Afghanistan fall like Saigon

By A.J. Kaufman

A retired major general called into my local talk show this week and, among other sentient points, compared the U.S. withdrawal in Kabul to the Fall of Saigon in 1975.

Joe Biden, however, disagreed during his Thursday presser on the sensitive topic.

“None whatsoever. Zero,” the president shot back at a reporter. “There’s going to be no circumstance where you’re going to see people being lifted off the roof of an embassy.”

The last helicopter evacuating Saigon

Well, maybe it’s not exactly the same traumatic experience yet, but it’s an apt analogy.

Biden was in the U.S. Senate 46 years ago during Operation Frequent Wind. The Communists took over shortly after and began committing mass murder and established re-education camps. U.S. intelligence community estimates the Kabul government could fall within six months.

On the positive, Biden finally agreed to aid Afghan interpreters who risked their lives for Americans. They’ll be airlifted to a third country — likely Guam, Qatar, or the UAE — while they await visas, emphasizing how perilous our allies’ situation will be once the Taliban takes more territory.

The president also echoed the cliché that the war’s mission was to bring justice to Osama bin Laden. That’s absurd. That was a great moment but mostly symbolic.

Whether Rand Paul and Bernie Sanders like it or not, American soldiers in Afghanistan are also fighting for the self-determination of local people. We are an exceptional nation because we sacrifice to advance not only our interests but also our values. 

Biden also said we’ll continue to provide humanitarian and security assistance after American forces leave Aug. 31. That’s not enough since the Afghan Army cannot handle the Taliban.

Since he announced the surrender plan fewer than 90 days ago, the Taliban has seized nearly half of Afghanistan’s 421 districts. If this trend continues, these irredentist savages will impose a regime that negates people’s rights to decide their government, to put it mildly.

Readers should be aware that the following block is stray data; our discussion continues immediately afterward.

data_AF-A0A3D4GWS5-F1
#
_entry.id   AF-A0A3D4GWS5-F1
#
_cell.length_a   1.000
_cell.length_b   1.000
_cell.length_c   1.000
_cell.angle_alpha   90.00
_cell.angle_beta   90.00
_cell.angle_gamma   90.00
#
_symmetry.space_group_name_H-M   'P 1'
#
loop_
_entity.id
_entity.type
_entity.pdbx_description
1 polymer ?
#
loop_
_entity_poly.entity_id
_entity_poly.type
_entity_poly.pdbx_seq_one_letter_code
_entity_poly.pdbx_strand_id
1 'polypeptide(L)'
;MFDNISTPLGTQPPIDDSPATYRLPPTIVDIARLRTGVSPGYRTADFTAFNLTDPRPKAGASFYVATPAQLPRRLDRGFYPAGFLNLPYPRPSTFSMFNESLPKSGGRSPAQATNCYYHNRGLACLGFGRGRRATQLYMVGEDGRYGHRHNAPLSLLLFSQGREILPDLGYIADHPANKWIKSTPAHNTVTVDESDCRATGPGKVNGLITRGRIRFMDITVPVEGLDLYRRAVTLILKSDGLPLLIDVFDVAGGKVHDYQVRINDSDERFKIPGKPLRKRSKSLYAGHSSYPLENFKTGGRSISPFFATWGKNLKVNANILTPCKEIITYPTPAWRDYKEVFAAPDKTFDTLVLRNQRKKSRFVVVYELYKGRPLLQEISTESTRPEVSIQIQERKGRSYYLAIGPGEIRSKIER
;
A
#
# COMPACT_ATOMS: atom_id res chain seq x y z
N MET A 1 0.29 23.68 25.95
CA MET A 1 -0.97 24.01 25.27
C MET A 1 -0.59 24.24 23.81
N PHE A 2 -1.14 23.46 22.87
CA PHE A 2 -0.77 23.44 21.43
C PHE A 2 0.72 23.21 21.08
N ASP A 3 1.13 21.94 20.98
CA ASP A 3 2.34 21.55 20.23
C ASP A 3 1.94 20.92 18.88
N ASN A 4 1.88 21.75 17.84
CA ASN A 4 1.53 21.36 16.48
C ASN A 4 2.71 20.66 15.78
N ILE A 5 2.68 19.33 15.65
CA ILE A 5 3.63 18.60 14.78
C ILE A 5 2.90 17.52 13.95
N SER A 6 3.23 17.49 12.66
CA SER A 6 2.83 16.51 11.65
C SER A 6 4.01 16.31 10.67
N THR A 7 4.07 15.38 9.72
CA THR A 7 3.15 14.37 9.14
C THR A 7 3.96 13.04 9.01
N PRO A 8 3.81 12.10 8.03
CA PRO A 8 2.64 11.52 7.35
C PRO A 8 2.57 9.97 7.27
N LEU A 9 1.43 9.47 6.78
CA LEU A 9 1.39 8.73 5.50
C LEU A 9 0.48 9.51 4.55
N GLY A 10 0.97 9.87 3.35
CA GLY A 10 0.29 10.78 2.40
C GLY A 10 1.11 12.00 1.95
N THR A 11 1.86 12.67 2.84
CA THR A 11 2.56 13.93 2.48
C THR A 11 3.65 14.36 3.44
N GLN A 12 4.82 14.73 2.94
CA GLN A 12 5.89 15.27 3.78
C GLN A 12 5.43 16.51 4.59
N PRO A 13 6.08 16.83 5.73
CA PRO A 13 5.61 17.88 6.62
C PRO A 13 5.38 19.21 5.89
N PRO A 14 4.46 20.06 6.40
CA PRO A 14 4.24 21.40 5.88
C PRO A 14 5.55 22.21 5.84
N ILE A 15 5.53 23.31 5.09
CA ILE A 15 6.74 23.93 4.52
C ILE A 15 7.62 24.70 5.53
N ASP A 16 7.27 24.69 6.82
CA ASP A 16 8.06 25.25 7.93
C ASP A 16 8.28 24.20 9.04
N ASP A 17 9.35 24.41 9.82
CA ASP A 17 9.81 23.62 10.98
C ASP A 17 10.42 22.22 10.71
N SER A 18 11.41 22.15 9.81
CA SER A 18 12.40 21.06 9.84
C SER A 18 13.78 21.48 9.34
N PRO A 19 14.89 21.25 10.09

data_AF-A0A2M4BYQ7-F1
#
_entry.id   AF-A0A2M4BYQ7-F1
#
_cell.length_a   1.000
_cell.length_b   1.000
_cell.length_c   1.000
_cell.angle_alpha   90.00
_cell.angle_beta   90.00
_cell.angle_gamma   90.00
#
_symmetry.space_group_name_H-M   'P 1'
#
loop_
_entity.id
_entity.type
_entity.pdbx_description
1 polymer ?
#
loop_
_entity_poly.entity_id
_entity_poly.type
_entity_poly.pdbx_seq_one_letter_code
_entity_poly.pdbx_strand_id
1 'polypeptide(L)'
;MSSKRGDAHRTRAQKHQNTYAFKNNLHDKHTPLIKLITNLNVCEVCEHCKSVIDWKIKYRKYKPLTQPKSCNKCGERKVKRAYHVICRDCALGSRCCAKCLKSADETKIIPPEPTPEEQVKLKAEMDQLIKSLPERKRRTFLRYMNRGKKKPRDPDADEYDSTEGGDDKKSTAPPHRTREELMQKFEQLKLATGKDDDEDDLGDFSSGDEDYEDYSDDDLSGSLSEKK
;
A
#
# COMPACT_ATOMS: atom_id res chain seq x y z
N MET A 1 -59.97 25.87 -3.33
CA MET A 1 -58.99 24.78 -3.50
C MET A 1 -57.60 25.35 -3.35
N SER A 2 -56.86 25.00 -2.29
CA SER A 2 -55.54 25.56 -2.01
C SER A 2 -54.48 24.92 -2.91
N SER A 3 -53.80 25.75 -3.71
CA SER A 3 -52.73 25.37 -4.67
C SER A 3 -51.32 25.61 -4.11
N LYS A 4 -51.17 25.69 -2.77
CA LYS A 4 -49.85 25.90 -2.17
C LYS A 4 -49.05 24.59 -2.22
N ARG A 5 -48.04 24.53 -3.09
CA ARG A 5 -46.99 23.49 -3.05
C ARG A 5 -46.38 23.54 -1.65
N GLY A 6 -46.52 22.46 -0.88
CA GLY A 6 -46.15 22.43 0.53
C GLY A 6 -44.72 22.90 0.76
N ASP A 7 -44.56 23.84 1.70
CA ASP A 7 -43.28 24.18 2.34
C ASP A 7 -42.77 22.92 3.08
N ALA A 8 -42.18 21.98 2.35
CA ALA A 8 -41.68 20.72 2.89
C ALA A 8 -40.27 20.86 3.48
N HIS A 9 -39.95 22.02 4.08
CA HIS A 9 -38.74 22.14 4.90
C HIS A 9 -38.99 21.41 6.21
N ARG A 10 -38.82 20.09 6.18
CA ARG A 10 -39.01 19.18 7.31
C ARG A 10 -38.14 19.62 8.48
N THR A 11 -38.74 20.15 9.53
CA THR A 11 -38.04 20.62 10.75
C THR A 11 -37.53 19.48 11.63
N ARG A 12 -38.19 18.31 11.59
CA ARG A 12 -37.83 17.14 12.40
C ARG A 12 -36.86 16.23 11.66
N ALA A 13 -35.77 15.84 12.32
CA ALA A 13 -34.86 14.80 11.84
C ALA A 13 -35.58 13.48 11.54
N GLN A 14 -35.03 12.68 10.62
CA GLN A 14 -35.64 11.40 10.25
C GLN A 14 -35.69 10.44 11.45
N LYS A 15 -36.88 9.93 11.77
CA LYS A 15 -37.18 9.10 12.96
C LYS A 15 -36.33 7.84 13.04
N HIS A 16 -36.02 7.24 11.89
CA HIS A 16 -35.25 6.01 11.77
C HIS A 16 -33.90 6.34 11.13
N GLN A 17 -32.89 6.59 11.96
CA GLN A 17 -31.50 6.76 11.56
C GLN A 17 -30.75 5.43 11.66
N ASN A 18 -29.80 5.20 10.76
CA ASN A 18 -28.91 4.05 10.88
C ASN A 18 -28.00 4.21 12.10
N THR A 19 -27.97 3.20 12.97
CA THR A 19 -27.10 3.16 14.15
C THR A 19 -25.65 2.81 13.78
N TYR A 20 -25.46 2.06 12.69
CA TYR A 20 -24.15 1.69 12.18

My call followed the general’s. I mentioned I agreed with his analogy and reminded the “endless war” crowd that our combat role ended in 2014. There have been no American combat deaths in 17 months. A couple thousand troops are supporting the Afghans fighting for us against our enemies. It’s not a bad deal.

We are also not “nation-building” in Afghanistan. Our goal is to make certain the Afghan government doesn’t wake up each day thinking of how to attack America and the West.

Perhaps more importantly, we do not want the country to become a safe haven for the terrorists who attacked us on 9/11. We fight in Kandahar, so we don’t fight in Kansas City, as the saying goes.

And by that standard, our deployment in Afghanistan has been a success since it accomplished both goals. Like in Iraq before Barack Obama relinquished our gains for political reasons, Afghanistan has a fragile government that’s an ally.

Al Qaeda is not currently able to use Afghanistan as a launching pad for terrorist attacks, but after this unwise withdrawal,  the Taliban will return to power. And when they do, Al Qaeda’s also coming back. The people who attacked us will again have Afghanistan as a safe haven to butcher little girls and prepare attacks against the United States. Do isolationist populists want that on their conscience?

Sen. Lindsey Graham claimed Thursday that Biden “does not understand conditions are developing in Afghanistan for a reemergence of al-Qaeda and ISIS which will directly threaten the American homeland and our allies.”

The South Carolinian wants the president to provide airpower support for the Afghan National Security Forces to ensure a flying advantage against the Taliban.

“If we do not do this, I fear that al Qaeda and ISIS will reemerge from the ashes of a civil war that’s brewing in Afghanistan 20 years after 9/11,” he concluded.

Graham is correct, I fear. Biden’s plan is sophomoric and not reassuring.


Afghanistan fall like Saigon